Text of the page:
Orion, out now
After his father’s tragic death, Ben Carrington becomes involved with billionaire Jason Truby’s plan to create a rescue organisation…
If that sounds very like something Gerry Anderson would think up, that’s because it is – Gemini Force 1 is based on the last project on which the great Supermarionation producer was working before his descent into Alzheimer’s and untimely death in 2012. Initially financed by Kickstarter, it’s now a three-book series published by Orion that expands on the notes and ideas Anderson thought up.
Whereas most of Anderson’s shows were military in nature (whether it’s the space/undersea patrols of the early shows, or the defence forces of Captain Scarlet or UFO), Thunderbirds wasn’t: International Rescue was the brainchild of millionaire astronaut Jeff Tracy, and Anderson went back to this idea of private enterprise stepping in where governments were failing for this final project. In the first novel, Joshua Files creator M.G. Harris has to introduce the team and the concepts in a believable way, and to do this, we spend the book looking through the eyes of teenager Ben Carrington.
That’s a mixed blessing. The privately educated Ben (who’s the son of a Countess in her own right as well) isn’t necessarily the most sympathetic of central characters – he’s almost too well presented as a self-centred teenager, whose primary concern initially seems to be Truby’s flirting with his mother!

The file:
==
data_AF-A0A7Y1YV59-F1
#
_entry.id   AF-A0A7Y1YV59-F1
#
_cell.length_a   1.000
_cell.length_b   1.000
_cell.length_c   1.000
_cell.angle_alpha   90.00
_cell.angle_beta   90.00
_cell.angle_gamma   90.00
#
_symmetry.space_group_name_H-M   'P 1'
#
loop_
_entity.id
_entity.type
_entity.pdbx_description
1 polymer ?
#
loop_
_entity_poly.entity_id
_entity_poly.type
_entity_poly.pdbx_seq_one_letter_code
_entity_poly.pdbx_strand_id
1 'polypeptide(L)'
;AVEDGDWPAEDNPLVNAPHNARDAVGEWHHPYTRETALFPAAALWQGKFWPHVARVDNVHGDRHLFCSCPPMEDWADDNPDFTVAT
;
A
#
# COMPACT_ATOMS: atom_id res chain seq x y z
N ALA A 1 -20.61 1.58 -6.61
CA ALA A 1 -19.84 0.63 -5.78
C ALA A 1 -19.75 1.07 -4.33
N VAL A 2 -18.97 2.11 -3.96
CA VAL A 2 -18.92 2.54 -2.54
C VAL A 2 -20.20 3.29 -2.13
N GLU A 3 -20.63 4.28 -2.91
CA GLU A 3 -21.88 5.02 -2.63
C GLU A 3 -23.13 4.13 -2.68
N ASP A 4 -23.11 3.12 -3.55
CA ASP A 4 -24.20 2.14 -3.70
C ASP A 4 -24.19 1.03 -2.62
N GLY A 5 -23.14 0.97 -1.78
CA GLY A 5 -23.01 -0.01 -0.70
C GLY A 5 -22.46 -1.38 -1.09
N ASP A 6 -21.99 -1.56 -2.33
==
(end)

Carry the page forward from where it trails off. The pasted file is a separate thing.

However, once the characters are introduced and we get to see inside Gemini Force 1, Truby’s rescue team, things pick up considerably. GF1 may have the cool craft like International Rescue (with elements of their design picked from currently available futuristic tech taken to the next level), but they operate in a very different way. Although some improvisation is needed (and Ben often becomes key at this point), far more is planned up front than we ever saw the Tracy brothers attempting. This gives the series an edge, and makes the plot developments more credible, something that’s taken to another level when it’s clear that the inherent dangers aren’t going to be simply glossed over.
Harris keeps the tension high throughout the action sequences, providing enough information for you to envisage what’s happening in your mind’s eye without slowing things down too much with extraneous detail, and by the end chances are you too will be invested in the future exploits of GF1…
Verdict: A strong start for a series that continues Gerry Anderson’s legacy most appropriately. 8/10